BOSTON — After the Boston Celtics launched a franchise-record 55 3-point attempts against the Milwaukee Bucks on Thursday, and made a franchise-record 24, Kyrie Irving was asked if 55 attempts was too many.
Irving was emphatic in his answer.
“Never,” Irving said. “Get ’em up. They’re wide open. If they’re going to play defense like that, then I don’t see why not. Al (Horford) is a capable shooter I have the utmost confidence in. And then if we don’t have it we have secondary actions as well that we can run. But I feel like if they’re going to play that type of defense we should just shoot it every time. At one point I think Brook and John Henson were in the paint. So get ’em up. I hope we shoot 80 next game if they play defense like that.”
The Bucks’ 3-point defense was a little inexplicable, particularly given Boston’s accuracy. The Celtics hit 3-pointer after 3-pointer, getting into a comfortable rhythm and building a big double-digit lead. Khris Middleton’s heroics helped the Bucks close the gap down the stretch, but the Celtics always felt like they could get any look they wanted.
Part of that was Milwaukee’s pick-and-roll coverage. The Bucks tried to avoid switching, and their centers — when Antetokounmpo isn’t the center — are slow-footed and struggle to get out to cover Horford. The Bucks then have to make a choice: Give up a three to Horford (who hit four on Thursday) or go into rotation and give up a three from one of Boston’s other players (who hit 20).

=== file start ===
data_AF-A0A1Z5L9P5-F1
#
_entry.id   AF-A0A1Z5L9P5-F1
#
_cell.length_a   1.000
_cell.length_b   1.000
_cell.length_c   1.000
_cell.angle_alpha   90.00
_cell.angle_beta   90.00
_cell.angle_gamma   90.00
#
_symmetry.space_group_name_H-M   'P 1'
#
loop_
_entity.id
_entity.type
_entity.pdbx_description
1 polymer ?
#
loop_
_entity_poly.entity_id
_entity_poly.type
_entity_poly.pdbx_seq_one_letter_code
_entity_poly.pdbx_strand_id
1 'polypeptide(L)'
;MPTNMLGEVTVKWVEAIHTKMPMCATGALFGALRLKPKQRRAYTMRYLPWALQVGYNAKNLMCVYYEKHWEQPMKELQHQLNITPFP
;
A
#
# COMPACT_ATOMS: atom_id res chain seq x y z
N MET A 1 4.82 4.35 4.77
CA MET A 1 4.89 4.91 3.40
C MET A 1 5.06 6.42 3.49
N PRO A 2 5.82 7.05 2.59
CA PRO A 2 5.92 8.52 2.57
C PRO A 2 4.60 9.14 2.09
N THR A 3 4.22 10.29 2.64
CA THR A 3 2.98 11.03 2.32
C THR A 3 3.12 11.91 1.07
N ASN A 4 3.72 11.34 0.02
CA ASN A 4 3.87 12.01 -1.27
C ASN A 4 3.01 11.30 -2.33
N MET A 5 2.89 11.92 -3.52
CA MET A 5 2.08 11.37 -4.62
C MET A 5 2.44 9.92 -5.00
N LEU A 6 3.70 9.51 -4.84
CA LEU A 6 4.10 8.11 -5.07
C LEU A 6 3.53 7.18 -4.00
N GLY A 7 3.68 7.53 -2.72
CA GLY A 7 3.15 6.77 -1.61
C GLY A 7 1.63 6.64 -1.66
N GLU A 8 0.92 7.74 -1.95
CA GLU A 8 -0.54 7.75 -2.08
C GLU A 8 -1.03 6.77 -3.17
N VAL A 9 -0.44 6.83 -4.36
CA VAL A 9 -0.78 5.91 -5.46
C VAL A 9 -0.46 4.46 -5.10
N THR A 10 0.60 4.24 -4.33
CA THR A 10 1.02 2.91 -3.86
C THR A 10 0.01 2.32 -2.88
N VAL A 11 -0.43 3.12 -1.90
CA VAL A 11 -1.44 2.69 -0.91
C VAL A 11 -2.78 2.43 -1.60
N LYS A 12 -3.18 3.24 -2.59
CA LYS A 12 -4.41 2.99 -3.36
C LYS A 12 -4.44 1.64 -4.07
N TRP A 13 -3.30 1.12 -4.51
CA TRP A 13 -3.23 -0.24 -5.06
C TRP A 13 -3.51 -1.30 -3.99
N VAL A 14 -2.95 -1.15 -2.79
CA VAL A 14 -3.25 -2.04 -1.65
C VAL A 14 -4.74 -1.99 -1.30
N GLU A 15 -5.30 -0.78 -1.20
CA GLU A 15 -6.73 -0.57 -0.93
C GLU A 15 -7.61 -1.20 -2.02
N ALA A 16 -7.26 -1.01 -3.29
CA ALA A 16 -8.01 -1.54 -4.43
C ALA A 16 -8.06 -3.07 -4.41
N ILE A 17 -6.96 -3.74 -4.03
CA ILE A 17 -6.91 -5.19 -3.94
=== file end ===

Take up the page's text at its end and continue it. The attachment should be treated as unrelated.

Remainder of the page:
“The pick-and-rolls the big was lagging back, so it was like, cranking shots up for me,” Marcus Morris said after finishing 5-for-8 from behind the arc with 17 points. “Pretty cool, though.”
The Celtics needed two more made threes to set an NBA record. Many of the looks came off ball movement, instead of the isolation attempts the Celtics hoisted more frequently at the start of the season.
“Since the second half of the OKC game, we’ve played pretty good offensively,” Brad Stevens said. “We’ve gotten good shots. We’ve generated good ones. Tonight, we didn’t settle as much. We still had some possessions we’d like to have back, but I thought that we took what the defense gave us. We got to the second side of the floor, and we found open shooters.”
Part of Boston’s success, as Bucks coach Mike Budenholzer noted after the game, simply came thanks to Irving’s brilliance. The star guard hit a variety of tough shots, creating space and knocking down semi-contested looks.
“I think they are playing a lot of pick-and-roll, pick-and-pop bigs, so they got a ton of them from there and a couple of them in scramble situations,” Budenholzer said. “Then Kyrie creates lots of threes in random situations. They got a lot of different ways that they create the threes, but the one that stood out the most was the middle pick-and-roll and pick-and-pop.”
When those threes fall, the Celtics are deadly, and the hand-wringing over the offense can look kind of silly.
Morris would contend it looked silly anyway.
“There were concerns about the offense?” he said.
Informed that the concerns mostly came from the media, he smirked.
“The media gonna say what they say,” Morris said. “We didn’t see it that way. Obviously we had to move on. Move the ball more. We’re doing a better job. Five games? That’s a good thing, ain’t it? Four games? It’s 82 games, so I’m happy it was happening to us early. Down the road we’re going to fix it, still go hard and get it right.”